Re-Blog from Kenneth Woods- A view from the PodiumSo, this week, I’m in New England for concerts with Ensemble Epomeo– our first show is at theNewburyport Chamber Music Festival on Friday. This concert has an extra challenge for me- I have had to switch cellos. It wasn’t practical to travel this time with my Mariani, so I’ve brought my backup instrument. So, I’ve been very immersed with the Schumann on one cello, only now to switch to this very tricky trio program (Bach, Beethoven and a new work by Kile Smith) since the LCO rehearsal on Sunday. Monday wasn’t much help- I had a meeting with the record company about my upcoming Mahler CD with Orchestra of the Swan on Monday morning in London, then had a short meeting in Cardiff Monday afternoon and a rehearsal in Hereford  Monday night. That left Tuesday to recalibrate my fingers before flying here yesterday.Lynn Harrell has a great piece on his blog about instruments and the insanity of letting families be bullied into trying to buy insanely expensive fine Italian instruments for student players.What I take issue with is the implied necessity of one of these priceless masterpieces in making a career. So a young player before he/she is near full potential musically or technically or earning power is led to believe that without that Stradivari or Guarneri they will not be able to compete and their very career will be in jeopardy. Throughout the entirety of my more than 50 year playing career I have yet to encounter a string player under the age of 20 with enough knowledge, musicality, and technique to bring everything out of a master instrument…The best new instruments are in many playing points superior to all but the most exceptional old instruments. Moreover, the cost is often laughably less expensive. The price range of $5,000- $50,000 will yield superb instruments. The renaissance of great new makers in the last 20 years proves this. It is therefore folly to assume at the onset of a career that one must have an old instrument to succeed. What succeeds is musical and technical brilliance.There really is no snobbery like instrument snobbery (even wine snobs can’t compare)- of course the best Cremonese instruments have very special properties, but I think only the best players can really make the most of those. On the other hand, a great player can still do great things on a more modest axe, and where budget is an issue, there are ways of maximizing what a more modest instrument can do.There is a new generation of budget instruments out there that are a far cry from the unplayable student monstrosities of the past. On one hand, dealers are happy to sell those (in volume), but they are not so happy to help you get the best out of them. I bought my second cello (Cello 2.0) when I was working in Oregon- I needed something that could live in the orchestra’s office when I was away, but that was good enough for concerts.I bought a simple Strad copy Chinese-made instrument (I shouldn’t be telling you this!), but had it set up but a first rate luthier who made some simple modifications which improved the sound enormously- he also replaced the factory bridge and soundpost. I replaced the cheap strings with top-of-the line ones.  Most importantly, I use my good bow with it, which is worth more than the cello. I can’t tell you what a difference it makes!This is something a dealer doesn’t want you to know- that a $2k-$6k cello with a bow of similar value might sound far better than a $28k cello with a $1k bow. More tellingly, buying a $50k or $500K instrument isn’t going to make you sound like Lynn Harrell. Young cellists and their parents should be well advised about how to get the most from their budget when shopping.Sadly, many, but by no means all, teachers are not to be trusted in this task. For years, many top dealers offered kick-backs to teachers who persuaded their students to buy an instrument from them. They say it is a “thank you” for the time involved in helping the student choose an axe- it sounds more like a bribe, to me. If everyone in your studio is playing a Berlusconi from El Pomposo Violins, chances are, someone is getting a commission you don’t know about.  The fact that so many  people don’t know about this practice is pretty indicative about how well some of these teachers can separate out their financial interests from the needs of their students.Anyway, I’ve used Cello 2.0 for high powered chamber concerts, several solo recitals and the Elgar, Herbert, Shostakovich and Chen Yi concertos with orchestra, and it’s held up quite well. There is a sweet comment about my sound on the website from Chen Yi– she’s talking about Cello 2.0, not the Italian one.However, some people can’t trust their ears and others just won’t take such an instrument seriously. When I did the Elgar, I wanted some work done on it- a new bridge, in particular. I took it to the “top place” in Portland, and they mistook me for an amateur/beginner based on the instrument.  They then did a completely half-assed job, left the instrument sounding and playing like crap and told me it was un-realistic to expect any more from that instrument. When they saw a piece about me in the paper, they got a little more helpful, but the cello left their shop sounding like a student instrument. I had to find another luthier to fix what they’d screwed up.When people used to compliment me on my sound with that instrument I’d gleefully tell them what it was, until I saw that most reacted with horror, as if I’d hoodwinked them into thinking they were listening to something they weren’t. How sad that they couldn’t trust their ears.My teacher at IU, Fritz Magg, had a beautiful Strad which he had to give up at the end of his career. He had a fine copy made by a good but not famous luthier, and went on playing. Everywhere he went, people talked about the unmistakable glory of that legendary Strad, and Fritz just nodded and smiled. What they were hearing was the unmistakable glory of Fritz Magg, but if they knew he was playing on an in-expensive modern instrument their ears would have instantly closed. Fritz was wise enough to just nod and smile as folks talked on and on about the miracle of the Strad they handn’t just listened to.Post script- In aiming for brevity, I don’t want to leave readers with the mistaken impression that all instruments are the same. Far from it! However1- There  are decent instruments to be found in every price range2- Many things affect price besides sound, such as pedigree, previous owners and the shop you are in3- If the person selling the violin tells you it is  a Berlusoni from the Ambrosian period, take the instrument for a second opinion from a dealer who has no financial interest in the transaction and who, preferably, isn’t trying to sell you something from their own stock.4- If someone tells you that you have to up your budget by 10k to get anything decent, remember, they would probably say the same thing no matter what you told them your original budget was.5- If someone tells you a good bow is wasted on a good but not great instrument, they are lying.6- Keep looking- the best place to shop for an instrument is on your friend’s instruments. If somebody has something you like, try it and find out what it is.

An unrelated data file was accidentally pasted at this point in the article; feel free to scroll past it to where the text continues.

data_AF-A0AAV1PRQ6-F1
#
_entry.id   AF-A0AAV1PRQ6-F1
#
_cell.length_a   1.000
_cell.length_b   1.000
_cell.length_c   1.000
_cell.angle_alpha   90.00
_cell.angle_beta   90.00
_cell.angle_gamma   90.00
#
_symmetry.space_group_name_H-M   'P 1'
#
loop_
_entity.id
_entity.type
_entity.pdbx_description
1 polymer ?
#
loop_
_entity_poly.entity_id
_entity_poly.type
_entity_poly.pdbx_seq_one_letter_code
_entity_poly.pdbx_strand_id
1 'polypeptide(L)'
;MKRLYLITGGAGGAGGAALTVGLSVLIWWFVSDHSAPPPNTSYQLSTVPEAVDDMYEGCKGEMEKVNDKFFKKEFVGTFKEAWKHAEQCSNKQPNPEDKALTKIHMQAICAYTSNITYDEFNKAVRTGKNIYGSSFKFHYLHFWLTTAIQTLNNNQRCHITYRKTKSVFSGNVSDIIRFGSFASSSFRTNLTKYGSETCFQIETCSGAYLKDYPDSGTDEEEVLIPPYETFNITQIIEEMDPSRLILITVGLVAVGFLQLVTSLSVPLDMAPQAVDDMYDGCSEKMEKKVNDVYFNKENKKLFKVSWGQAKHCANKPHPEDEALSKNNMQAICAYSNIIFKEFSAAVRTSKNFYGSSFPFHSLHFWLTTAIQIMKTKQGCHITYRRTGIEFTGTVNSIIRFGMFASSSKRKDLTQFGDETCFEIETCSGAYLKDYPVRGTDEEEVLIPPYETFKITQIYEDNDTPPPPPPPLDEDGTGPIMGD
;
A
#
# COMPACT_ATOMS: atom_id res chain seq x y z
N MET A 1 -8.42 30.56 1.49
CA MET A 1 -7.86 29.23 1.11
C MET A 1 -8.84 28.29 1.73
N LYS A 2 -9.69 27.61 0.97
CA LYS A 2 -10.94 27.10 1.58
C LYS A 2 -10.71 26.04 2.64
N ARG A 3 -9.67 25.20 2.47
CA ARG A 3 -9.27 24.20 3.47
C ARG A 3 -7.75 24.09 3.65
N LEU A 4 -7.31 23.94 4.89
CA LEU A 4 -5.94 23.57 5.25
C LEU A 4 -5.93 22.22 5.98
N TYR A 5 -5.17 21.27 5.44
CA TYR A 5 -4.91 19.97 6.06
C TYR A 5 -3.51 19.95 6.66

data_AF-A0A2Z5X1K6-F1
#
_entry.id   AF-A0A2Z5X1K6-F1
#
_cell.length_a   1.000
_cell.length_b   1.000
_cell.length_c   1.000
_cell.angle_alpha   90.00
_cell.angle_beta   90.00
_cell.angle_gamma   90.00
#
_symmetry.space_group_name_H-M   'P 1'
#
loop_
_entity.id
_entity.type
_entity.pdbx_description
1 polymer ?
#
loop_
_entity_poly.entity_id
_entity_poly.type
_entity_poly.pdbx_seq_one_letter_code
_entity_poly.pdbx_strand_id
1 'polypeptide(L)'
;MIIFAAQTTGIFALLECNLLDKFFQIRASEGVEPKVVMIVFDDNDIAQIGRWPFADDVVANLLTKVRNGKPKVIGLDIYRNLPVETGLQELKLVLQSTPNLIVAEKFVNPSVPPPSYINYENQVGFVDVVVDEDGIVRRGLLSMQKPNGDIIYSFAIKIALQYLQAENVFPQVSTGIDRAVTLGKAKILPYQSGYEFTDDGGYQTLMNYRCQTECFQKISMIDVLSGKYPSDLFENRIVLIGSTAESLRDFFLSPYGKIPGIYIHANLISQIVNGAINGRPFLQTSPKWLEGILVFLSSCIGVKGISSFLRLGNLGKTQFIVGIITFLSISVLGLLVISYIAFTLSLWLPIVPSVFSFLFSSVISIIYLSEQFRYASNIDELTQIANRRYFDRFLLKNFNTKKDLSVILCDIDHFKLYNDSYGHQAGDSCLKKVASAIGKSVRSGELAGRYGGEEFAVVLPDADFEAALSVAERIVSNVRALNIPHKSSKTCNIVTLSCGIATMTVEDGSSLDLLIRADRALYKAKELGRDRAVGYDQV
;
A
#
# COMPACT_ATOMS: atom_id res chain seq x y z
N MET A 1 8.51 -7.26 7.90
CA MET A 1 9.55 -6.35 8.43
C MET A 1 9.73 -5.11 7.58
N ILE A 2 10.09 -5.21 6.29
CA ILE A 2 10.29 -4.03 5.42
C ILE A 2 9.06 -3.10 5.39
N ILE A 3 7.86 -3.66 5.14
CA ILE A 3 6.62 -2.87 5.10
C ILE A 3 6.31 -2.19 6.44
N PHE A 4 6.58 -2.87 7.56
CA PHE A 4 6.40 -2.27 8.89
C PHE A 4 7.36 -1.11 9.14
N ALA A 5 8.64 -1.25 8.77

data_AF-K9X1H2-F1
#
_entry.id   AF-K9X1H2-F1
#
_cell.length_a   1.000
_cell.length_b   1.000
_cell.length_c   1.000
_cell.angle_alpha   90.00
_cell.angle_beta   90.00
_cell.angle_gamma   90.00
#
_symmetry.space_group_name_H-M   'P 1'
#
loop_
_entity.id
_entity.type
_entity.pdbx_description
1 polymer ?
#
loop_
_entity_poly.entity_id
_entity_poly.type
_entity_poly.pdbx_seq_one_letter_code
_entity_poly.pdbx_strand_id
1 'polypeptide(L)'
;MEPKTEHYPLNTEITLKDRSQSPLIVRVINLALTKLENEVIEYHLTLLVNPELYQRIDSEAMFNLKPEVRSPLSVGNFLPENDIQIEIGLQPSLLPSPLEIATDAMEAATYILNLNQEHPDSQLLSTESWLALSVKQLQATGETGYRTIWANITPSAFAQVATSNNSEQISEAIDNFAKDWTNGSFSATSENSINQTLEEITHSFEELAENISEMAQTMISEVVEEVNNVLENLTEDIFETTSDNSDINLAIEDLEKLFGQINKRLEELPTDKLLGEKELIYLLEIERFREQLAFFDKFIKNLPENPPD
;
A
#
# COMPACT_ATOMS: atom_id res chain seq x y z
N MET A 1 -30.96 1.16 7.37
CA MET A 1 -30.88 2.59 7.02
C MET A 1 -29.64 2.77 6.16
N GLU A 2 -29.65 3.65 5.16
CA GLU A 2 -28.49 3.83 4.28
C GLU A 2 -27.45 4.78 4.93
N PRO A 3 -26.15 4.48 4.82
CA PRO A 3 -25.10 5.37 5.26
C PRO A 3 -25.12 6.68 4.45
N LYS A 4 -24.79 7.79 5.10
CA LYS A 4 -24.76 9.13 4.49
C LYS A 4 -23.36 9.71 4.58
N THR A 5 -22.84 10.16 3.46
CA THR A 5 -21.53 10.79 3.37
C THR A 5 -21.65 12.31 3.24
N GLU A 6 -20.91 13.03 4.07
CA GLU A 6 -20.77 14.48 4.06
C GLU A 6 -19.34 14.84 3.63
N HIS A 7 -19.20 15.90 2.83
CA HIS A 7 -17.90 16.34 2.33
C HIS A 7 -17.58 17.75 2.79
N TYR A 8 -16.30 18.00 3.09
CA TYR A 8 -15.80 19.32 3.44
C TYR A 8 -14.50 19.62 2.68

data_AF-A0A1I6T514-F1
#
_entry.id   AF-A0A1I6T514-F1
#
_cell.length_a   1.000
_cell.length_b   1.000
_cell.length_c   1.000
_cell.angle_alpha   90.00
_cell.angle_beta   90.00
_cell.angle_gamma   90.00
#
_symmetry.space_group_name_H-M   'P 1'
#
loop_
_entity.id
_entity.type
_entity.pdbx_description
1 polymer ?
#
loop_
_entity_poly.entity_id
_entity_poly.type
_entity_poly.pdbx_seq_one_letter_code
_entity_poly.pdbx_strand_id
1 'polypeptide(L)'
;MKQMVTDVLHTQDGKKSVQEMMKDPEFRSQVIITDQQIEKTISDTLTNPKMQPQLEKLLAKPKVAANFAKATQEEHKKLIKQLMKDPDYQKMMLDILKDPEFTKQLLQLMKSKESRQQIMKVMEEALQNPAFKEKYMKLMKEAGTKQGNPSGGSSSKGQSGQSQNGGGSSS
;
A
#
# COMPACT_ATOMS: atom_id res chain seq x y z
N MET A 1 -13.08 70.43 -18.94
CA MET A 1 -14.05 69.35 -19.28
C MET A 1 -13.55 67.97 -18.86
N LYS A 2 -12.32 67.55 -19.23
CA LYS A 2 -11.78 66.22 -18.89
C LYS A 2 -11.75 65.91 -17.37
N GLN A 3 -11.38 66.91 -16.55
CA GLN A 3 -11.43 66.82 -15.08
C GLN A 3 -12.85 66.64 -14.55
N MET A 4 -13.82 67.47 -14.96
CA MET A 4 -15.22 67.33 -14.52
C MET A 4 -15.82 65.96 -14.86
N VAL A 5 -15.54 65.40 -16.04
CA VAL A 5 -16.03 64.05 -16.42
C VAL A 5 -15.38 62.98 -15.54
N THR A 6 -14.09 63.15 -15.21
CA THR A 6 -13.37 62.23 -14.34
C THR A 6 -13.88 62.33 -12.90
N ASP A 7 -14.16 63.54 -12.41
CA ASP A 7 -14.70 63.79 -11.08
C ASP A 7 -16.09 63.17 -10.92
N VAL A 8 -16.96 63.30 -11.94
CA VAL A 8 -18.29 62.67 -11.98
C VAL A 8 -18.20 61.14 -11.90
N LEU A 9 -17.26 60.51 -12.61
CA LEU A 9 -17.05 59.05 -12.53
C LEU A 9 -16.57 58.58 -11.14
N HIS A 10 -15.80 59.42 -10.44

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To be (a group) or not to be (a group)…. (turns out, we’re a group)

Reblog from Kenneth Woods- A view from the podiumAs many of readers will remember, I’m working this week at the Ischia Chamber Music Festival. I’m in residence here with my colleagues from my string trio, Ensemble Epomeo.(Mount Epomeo from the Covo dei Borboni, home of Ischia Chamber Music Festival)Of course, we’re called Ensemble Epomeo because the group came together here on the slopes of Mount Epomeo, the stunning volcano at the heart of Ischia, during last year’s festival. Our original mission was just to play one piece- the Schnittke String Trio. What an unbelievable piece to start with! As last year’s festival drew to a close, David, our violist mentioned that, given how well the rehearsals for the Schnittke had gone, we might actually have the makings of a trio and suggested we try to organize a few more concerts.All three of us have played in a lot of groups over the years, so we all were more than aware of what the odds are of a group of three players, no matter how good and no matter how simpatico, being or becoming a “real” string trio. The odds of failure are pretty high. Still, if you’re lucky enough to play with good colleagues to fail is to still be pretty good, so we all agreed to give it a shot.For me, the reason I was hesitant and the reason I decided to give it a shot is one and the same- the fact that we’re dealing with string trio, which I think of as by far the most challenging genre in chamber music. It’s more exposed than a quartet, the parts are more difficult (composers mostly think in four voices, so in trio, somebody is almost always playing 2 parts at once), and the repertoire is slanted towards the most difficult corners of classical music- big Mozart, early Beethoven and Schubert. Having just done Schnittke, there is no guarantee Beethoven will also click.On the other hand, I’ve played in wonderful quartets and piano trios where we had enough time and opportunity to have a good run, find a sound and cover some repertoire. I’ve been pining for another quartet for over 10 years now since Masala finished up, and had ruefully assumed that ship had sailed, and had never really thought about string trio, but now that we’re at it, I’m excited to explore the genre.  There are some advantages to this genre over string quartet and piano trio. It’s amazing how much calmer rehearsals feel with 3 than with 4 musicians, and how much easier it is to play when all 3 instruments are string instruments, as opposed to 2 strings and a 9 foot cannon called a Steinway.We’ve been doing some concerts here and there throughout the year, but this week has been our second big immersion since last year, and we’ve got a busy month or so of concerts in the UK and USA coming up. There are two things in particular I am enjoying- first, the repertoire. We’re playing the astounding trio of Gideon Klein, the last work he finished before he was shipped to Auschwitz, and the Krasa Dance for Trio, also composed at Teresenstadt just before his deportation. More and more, I hesitate to mention the circumstances surrounding the composition of these pieces because I don’t think they need any special sympathy or consideration as pure music. These are major, major masterpieces. I’m sure that had Klein lived he would have been one of the most important figures in 20th c. music, on a par with Bartok, Shostakovich and Stravinsky.I’m also enjoying the different ground rules that come with being in a group. Often at festivals, the rehearsal dynamics are alarmingly similar to the dynamics of an orchestra rehearsal. Expect good preparation, insist on accountability, but on the other hand, work in broad contours, don’t micromanage or nitpick, and try not to pick at scabs. In a “real” group you all agree that we’re not just focusing on preparing a given work, but on creating a shared concept of sound and interpretation- investing the next concert while preparing this one.What this really means is that we do a lot, a lot, a lot of tuning work. I’m like a pig in shit doing all this intonation work. As a conductor, one has to remember you can only do so much tuning before revolt breaks out. Even then, the institutional dynamics of orchestra rehearsal mean that tuning work often feels (in spite of the best of intentions from the conductor) corrective and sometimes adversarial and punitive. The focus ends up being on the result. Also, with all but the best orchestras, there are always bound to be one or two unsolvable problems in a wind section…In chamber music rehearsals, the focus is on the process, and in particular on giving everyone a chance to understand the harmonic function of what they are playing. That means you’re not just getting things to sound “not out of tune,” but on getting to understand, at a very microscopic level, how each composer works with notes, intervals and chords. I can’t think of a better reason to call three musicians a group (other than the groupies).